In September Premier Stephen McNeil said the SANE program should be made available in Truro, NS after a young sexual assault victim sought help from the Colchester East Hants Health Centre but was given pamphlets, and turned away. It is now November, and sadly, we are still waiting for this program. I am inquiring on the status of implementing this much needed program, writes Shelley Sprague in an open letter to the premier.
Weekend video: Over five years, acclaimed filmmaker Andrea Dorfman follows the heartbreaking yet uplifting story of the girls of Meru and their brave steps toward meaningful equality for girls worldwide. In Kenya, one in three girls will experience sexual violence before age 18, yet police investigations are the exception.
See the entire documentary on Sunday afternoon, at FIN, or whatever they call the film festival these days.
Judy Haiven: Not a kind word, not a cup of vending machine coffee, not even a hug. And don’t get us started on why the young woman was not privileged enough to see a doctor or a nurse. This is what happened to a rape victim who walked into the Colchester East Hants Health Centre hospital in Truro last week.
Shambhala, definitely not an enlightened space. Better stay away, kids!
Rana Zaman, on the lessons we must draw from latest sexual abuse cases within the Catholic Church. “My response – blame the predators, the higher ups and the institutions that protect these despicable abusers, but don’t blame the religion. The religion is not to blame for the vile acts of some of its practitioners.”
Why Shambhala cannot be fixed.
Sakyong Mipham Rinpoche, Halifax resident and Shambhala lineage holder, is being accused of sexually assaulting multiple women belonging to the global Buddhist organization that he leads.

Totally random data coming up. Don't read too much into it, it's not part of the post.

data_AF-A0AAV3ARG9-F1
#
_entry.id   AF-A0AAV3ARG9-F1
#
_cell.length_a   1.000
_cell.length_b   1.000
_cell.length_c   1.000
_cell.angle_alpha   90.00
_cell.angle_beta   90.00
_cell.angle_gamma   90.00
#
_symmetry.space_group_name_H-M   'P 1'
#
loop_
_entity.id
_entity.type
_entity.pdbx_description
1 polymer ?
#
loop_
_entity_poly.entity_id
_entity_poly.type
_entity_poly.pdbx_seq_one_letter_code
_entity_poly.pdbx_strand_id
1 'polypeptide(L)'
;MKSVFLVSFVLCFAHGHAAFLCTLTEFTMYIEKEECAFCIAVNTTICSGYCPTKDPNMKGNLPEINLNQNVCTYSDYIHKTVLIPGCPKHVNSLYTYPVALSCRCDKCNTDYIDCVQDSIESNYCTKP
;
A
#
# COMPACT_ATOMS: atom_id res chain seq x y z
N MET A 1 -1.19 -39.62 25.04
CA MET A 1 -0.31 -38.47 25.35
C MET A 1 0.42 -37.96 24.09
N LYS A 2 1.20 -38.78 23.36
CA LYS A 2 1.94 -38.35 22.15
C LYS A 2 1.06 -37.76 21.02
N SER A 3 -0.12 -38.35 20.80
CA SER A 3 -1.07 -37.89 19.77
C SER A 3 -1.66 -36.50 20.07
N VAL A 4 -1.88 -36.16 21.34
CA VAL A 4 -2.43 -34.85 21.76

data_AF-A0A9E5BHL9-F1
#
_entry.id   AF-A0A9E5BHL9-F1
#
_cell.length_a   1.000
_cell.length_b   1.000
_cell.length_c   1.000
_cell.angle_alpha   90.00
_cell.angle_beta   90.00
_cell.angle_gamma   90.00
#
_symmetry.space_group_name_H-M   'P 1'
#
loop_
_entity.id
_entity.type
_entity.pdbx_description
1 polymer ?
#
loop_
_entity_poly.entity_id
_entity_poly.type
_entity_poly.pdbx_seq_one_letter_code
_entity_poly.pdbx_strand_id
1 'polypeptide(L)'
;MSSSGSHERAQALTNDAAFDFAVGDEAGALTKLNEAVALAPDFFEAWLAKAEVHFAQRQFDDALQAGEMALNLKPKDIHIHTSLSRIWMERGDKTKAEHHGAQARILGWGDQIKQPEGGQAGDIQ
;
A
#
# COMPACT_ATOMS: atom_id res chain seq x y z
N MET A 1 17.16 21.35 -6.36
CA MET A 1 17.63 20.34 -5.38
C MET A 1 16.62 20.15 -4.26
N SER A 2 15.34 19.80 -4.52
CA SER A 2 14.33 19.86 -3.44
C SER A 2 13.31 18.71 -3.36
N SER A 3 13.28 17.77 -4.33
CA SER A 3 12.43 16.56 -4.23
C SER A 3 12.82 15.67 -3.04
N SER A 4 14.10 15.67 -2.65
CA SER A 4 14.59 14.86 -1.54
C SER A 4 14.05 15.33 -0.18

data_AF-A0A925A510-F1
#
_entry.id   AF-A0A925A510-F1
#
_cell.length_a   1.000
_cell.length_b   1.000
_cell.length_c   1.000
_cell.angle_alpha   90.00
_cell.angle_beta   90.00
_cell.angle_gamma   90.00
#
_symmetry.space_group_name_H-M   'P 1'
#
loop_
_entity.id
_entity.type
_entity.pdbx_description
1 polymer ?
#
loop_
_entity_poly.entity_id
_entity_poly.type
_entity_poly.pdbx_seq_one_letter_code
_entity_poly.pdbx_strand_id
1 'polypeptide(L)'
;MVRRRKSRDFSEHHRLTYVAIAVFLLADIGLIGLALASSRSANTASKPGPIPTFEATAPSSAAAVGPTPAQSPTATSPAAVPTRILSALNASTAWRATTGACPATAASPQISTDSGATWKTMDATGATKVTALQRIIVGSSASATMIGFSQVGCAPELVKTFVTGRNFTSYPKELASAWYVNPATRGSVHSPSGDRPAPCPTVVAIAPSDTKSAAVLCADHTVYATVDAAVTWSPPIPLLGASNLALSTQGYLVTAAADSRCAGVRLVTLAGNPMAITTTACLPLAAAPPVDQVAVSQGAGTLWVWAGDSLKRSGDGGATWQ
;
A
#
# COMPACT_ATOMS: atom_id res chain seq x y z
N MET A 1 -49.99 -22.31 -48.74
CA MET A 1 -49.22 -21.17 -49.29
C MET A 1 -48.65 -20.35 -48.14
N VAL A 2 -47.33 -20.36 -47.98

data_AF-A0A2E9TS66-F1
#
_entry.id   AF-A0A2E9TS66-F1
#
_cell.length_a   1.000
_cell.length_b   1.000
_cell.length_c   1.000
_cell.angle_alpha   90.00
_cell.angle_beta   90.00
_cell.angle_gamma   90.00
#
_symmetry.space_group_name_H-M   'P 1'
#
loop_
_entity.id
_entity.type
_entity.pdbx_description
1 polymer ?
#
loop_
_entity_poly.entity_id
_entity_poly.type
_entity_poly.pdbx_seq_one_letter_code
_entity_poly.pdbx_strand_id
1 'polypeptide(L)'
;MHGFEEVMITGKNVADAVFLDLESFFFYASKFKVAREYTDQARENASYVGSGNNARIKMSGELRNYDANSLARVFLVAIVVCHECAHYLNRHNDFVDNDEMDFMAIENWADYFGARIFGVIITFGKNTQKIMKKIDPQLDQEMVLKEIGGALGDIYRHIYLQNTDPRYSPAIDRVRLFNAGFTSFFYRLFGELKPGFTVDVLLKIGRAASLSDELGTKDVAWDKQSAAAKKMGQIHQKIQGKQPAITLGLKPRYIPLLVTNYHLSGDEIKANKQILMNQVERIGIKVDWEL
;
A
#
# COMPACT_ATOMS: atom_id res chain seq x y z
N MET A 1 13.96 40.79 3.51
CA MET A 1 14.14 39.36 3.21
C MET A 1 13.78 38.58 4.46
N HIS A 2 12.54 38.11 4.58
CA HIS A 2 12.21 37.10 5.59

The Canadian Federation of Students-Nova Scotia (CFS- NS) has been informed that they are not invited to the first meeting the government’s newly reinstated provincial Sexual Violence Prevention Committee to address sexual assault on university campuses. This decision comes as continued retaliation by the Minister of Labour and Advanced Education, Labi Kousoulis, against the CFS-NS, after an op-ed was published in The Coast on March 15 that was critical of the Liberal government’s decision to vote down campus sexual violence legislation.
The Department of Education will no longer meet with CFS-NS representatives because it didn’t like a Coast op-ed written by its Chairperson, Aidan McNally. The editorial was critical of the government’s unwillingness to deal with sexual violence on campus. “It is our responsibility to hold elected governments accountable to students, not to placate them. If we are doing the latter, we are not serving our members’ interests. The decision of this government to shut students out of representative spaces due to criticism is unacceptable,” writes the CFS-NS provincial executive committee in an open letter.
Applied to current events, no march on Saturday will be better than any other. However, ensuring that there are marches in rural as well as urban areas is crucial in signifying both difference in lived experience and togetherness in the struggle for female empowerment, writes Lori Oliver. She then takes a closer look at two key problems for women in rural Nova Scotia are difficulties accessing abortion services and a higher rate of domestic, intimate partner violence—both of which disastrously intersect with how women continue to earn, on average, 87 cents to men’s $1. Barriers faced by racialized groups are even more severe.